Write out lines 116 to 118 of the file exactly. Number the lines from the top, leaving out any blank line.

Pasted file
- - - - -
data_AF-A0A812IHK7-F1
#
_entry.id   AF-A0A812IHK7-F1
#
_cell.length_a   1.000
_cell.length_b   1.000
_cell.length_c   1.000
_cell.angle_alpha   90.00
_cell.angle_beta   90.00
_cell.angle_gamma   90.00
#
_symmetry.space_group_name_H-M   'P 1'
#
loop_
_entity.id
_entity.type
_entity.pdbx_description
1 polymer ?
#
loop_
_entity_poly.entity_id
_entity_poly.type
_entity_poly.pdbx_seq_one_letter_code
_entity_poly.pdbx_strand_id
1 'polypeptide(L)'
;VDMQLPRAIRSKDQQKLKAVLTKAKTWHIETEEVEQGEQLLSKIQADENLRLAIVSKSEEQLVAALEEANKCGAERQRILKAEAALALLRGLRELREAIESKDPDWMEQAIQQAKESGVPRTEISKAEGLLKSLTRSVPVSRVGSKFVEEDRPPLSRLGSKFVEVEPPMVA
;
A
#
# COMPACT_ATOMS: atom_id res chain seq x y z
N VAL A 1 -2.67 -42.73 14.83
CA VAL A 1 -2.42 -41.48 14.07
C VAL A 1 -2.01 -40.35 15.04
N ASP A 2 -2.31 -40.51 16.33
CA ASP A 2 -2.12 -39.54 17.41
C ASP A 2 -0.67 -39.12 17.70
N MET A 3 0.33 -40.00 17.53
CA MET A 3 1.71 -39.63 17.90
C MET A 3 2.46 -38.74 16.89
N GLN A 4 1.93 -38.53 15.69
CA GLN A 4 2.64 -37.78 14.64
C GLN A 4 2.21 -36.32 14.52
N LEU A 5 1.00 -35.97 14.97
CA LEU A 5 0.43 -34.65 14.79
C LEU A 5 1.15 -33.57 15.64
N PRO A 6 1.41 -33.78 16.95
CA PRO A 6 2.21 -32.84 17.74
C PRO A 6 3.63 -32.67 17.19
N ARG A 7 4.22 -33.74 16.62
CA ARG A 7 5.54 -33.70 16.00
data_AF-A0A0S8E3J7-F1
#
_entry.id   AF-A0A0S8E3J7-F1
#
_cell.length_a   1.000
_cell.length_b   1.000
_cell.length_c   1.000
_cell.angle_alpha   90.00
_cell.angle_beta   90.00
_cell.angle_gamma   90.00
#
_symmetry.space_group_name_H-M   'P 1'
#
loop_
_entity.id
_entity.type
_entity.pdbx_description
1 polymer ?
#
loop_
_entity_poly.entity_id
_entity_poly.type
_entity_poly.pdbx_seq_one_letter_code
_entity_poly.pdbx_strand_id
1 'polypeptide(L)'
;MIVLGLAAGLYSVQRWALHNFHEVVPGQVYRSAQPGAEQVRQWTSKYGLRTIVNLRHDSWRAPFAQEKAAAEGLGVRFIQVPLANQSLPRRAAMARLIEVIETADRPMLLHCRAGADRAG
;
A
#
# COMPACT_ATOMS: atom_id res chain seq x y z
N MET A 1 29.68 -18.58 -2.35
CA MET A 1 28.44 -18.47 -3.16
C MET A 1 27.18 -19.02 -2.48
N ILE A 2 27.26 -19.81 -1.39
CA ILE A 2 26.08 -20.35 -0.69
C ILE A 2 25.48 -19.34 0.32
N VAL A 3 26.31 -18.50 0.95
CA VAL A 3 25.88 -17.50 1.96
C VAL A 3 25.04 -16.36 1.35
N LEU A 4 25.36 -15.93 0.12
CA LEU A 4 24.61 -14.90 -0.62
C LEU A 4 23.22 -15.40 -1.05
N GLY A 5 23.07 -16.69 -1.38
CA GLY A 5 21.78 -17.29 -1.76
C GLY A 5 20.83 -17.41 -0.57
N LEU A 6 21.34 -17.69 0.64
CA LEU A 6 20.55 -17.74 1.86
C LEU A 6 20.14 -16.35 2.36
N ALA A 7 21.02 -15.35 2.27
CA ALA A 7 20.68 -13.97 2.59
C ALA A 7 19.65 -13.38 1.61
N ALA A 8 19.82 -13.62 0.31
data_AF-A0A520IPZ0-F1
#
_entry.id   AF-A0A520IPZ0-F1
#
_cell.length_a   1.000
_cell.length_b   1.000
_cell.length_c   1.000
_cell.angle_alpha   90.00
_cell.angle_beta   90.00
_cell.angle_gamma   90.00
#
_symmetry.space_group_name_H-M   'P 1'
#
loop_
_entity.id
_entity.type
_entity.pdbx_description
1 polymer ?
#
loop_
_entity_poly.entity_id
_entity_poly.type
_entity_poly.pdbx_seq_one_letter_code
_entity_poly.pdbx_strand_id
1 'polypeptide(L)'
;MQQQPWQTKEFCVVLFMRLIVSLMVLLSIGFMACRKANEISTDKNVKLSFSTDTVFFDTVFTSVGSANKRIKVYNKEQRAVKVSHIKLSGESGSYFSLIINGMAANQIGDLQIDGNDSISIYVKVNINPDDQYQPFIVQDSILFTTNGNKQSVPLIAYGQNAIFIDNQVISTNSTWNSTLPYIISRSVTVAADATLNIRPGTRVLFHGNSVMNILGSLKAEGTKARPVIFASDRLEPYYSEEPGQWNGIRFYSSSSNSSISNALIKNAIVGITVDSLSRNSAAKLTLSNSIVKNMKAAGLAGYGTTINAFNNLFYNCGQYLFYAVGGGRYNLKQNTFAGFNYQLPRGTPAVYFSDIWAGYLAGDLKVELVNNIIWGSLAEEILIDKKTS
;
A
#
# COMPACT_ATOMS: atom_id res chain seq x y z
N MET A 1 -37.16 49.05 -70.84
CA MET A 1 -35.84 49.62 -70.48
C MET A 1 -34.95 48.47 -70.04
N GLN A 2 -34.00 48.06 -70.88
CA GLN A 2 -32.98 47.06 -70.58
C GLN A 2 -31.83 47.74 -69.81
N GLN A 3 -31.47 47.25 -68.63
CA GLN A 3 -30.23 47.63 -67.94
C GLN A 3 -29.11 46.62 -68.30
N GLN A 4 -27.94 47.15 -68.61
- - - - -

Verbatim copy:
loop_
_entity.id
_entity.type